Therefore in order to attract the good or service to their jurisdiction; try to get as much tax revenue as possible; and try to encourage the corporation to set up some of its physical structure and work force in their jurisdictions, countries like the US, UK and Ireland set up tax treaties between themselves and other countries. It is key to understanding this underlying motivation for the current system. This system arose not out of some noble desire to relieve taxpayers of the "unfairness" of double taxation or even at the bequest of the lobbyists of those taxpayers. It came out of a logical self-interest of various governments.

    With this background in mind, let's look at Twitter, Apple, Google and Starbucks (which are all under fire in the international media for their tax planning).

    -Many US politicians and citizens want these companies to pay US tax on its WORLDWIDE income, including income earned from foreign customers. They argue that while this may not be legally correct, it is MORALLY correct because all three companies were a) Founded, IPOed (or will in the case of Twitter) and has their headquarters in the US; AND b) The citizens of the US are suffering in a financial downturn and "deserve" this money;

    -Many foreign politicians and citizens want these companies to pay more tax on the revenue generated from customers in their country. They argue that while this may not be legally correct, it is MORALLY correct because a) The company is deriving income from tax resident individuals and corporations; AND b) The citizens of these countries are suffering in a financial downturn and "deserve" this money;

    -All four companies want to maximize their net revenues ("gross revenues" minus "expenses including tax" equals "net revenue"). Each company used the tax treaty network and international structuring regime to minimize their global tax burden. As part of this structure they may have to set up operations in places like Ireland; or assigned intellectual property rights to places like the Netherlands. However there are important differences between these companies;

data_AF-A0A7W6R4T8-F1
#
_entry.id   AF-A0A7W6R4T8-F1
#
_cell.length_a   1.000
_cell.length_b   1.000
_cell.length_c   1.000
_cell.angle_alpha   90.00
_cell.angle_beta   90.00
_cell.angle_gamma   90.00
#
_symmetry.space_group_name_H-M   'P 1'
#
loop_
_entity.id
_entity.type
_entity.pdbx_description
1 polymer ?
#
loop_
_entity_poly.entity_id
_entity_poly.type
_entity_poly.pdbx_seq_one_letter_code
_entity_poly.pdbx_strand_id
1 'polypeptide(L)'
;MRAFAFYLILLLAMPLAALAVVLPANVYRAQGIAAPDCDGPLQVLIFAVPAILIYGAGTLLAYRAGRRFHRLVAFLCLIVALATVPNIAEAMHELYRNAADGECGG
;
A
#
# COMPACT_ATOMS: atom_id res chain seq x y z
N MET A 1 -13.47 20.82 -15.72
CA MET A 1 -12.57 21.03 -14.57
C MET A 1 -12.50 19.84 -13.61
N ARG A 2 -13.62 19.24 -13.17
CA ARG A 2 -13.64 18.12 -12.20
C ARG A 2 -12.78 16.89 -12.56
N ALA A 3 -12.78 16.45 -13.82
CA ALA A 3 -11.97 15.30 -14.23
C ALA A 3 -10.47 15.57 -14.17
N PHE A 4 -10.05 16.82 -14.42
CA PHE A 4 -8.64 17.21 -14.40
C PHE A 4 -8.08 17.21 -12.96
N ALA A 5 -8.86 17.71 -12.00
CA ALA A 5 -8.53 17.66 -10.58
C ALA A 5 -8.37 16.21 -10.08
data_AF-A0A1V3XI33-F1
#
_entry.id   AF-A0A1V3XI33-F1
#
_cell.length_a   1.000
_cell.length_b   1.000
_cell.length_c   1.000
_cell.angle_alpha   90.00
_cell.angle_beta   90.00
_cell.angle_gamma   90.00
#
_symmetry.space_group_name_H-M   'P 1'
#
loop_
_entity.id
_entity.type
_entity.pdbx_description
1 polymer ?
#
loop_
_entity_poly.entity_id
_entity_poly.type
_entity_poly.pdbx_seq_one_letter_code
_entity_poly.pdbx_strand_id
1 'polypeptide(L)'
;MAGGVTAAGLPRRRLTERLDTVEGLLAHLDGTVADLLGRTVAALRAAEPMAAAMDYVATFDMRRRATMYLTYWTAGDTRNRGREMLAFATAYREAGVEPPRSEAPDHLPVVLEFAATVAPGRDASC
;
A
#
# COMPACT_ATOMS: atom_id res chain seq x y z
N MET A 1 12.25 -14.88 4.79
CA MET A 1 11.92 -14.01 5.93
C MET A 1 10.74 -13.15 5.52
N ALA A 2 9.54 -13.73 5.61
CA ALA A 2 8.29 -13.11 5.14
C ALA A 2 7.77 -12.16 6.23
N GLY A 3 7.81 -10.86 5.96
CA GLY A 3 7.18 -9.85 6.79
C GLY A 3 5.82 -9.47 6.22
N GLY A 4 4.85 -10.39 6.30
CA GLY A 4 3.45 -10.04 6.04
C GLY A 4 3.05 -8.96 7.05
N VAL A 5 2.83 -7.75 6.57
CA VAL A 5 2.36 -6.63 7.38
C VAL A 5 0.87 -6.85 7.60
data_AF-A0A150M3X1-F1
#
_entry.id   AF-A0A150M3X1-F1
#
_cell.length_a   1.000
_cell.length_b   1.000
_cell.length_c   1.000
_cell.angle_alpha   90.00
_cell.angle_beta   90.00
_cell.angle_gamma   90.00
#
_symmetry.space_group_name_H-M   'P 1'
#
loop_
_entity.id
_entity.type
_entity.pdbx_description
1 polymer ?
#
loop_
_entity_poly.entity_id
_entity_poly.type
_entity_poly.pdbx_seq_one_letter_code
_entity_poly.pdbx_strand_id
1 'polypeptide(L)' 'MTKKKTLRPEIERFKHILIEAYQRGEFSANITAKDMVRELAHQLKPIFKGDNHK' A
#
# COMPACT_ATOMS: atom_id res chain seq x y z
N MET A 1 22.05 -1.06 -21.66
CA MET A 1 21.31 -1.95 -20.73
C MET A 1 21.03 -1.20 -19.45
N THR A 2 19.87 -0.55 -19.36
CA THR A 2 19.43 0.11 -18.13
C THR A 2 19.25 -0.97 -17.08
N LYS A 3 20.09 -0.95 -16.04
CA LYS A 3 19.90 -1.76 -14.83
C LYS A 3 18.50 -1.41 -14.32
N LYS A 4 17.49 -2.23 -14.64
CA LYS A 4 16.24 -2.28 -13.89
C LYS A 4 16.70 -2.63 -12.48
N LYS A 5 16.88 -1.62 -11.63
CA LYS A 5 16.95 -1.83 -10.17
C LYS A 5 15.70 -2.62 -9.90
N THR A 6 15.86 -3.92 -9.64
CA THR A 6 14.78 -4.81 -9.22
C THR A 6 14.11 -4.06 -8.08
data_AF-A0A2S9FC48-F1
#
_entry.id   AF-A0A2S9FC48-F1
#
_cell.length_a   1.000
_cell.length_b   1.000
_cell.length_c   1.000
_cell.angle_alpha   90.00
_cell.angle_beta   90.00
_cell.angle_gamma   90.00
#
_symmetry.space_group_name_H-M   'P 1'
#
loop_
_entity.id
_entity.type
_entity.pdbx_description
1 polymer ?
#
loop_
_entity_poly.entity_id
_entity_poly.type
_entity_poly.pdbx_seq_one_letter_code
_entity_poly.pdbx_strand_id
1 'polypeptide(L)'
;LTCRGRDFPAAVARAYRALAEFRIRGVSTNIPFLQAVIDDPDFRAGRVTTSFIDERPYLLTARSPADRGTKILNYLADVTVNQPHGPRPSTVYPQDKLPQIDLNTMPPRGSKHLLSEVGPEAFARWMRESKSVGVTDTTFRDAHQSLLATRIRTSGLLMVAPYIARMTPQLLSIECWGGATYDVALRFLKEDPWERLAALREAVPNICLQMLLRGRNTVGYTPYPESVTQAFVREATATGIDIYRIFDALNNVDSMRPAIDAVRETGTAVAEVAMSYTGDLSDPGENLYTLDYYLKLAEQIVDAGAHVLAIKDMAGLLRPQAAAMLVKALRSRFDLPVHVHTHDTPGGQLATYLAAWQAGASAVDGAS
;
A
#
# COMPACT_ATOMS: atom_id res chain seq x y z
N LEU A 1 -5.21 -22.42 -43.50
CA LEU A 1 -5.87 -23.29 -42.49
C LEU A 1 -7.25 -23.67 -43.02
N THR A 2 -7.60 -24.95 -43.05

-Starbucks needs to respond to this "Moral but not legal" obligation demand because a) It has physical facilities which could be picketed or damaged reducing sales; and b) There are many competitors who could easily service customer needs and decrease gross revenues. As a result, it is logical that Starbucks may consider paying more tax in the foreign country or the US than legally obligated in order to maintain gross revenues and thereby maximize net revenue. In fact they already did volunteer to pay more than their legal tax requirements to the UK government for exactly this reason.

    -Twitter and Google are different in that a) They do not have or need physical facilities in a given country to deliver its service; b) You can't picket everyone's smartphone, tablet and computer to ensure that no one is not boycotting their services; and c) With all due respect to other search engines, Google is not really realistically worried today about losing customers to its competitors. Same thing with Twitter's lock on "tweets". Therefore, the current controversy is unlikely to significantly reduce people from using their products and services. As a result, it is logical that they will not consider paying more tax anywhere than legally obligated;

    -Apple derives gross revenues from various products (hardware and software) which has competitors. Some of the sales of their products and services derive from physical retail outlets and some does not. The big question is whether Apple products (with their hardware and software integrated) is unique enough to avoid a drop in revenues. Obviously, Mr. Cook has decided that for the time being Apple will NOT pay more than legally obligated in taxes. I am sure the people at Apple are watching their sales very closely to determine if consumer anger with their tax planning is having any significant effect on revenues.

    In summary, Starbucks sells a standard physical commodity which is readily available from other competitors and is clearly subject to pressure. "Search" and "Tweeting" are not a standard physical commodities today and whether through perception or reality, both are far and away market leaders. As a result, neither Twitter or Google are motivated by self interest to pay more tax to maintain gross revenues. Where Apple considers itself (closer to a standard replaceable commodity or a unique product) in the long run will determine where they will respond and volunteer to pay more tax anywhere than they are legally obligated.

    It is also worth understanding that revising the current international legal tax planning regime for individuals and corporations is not simple. First it requires that each country think about all of the possible/ probable reactions of corporations and individuals to any changes that come into being. Increasing a tax rate or taxable amount could result in the individual or corporation moving all or part of its operations/holdings outside of that jurisdiction. This means that not only is the anticipated additional tax revenue never materializing but jobs, VAT, and other economic activity associated with that taxpayer also disappear.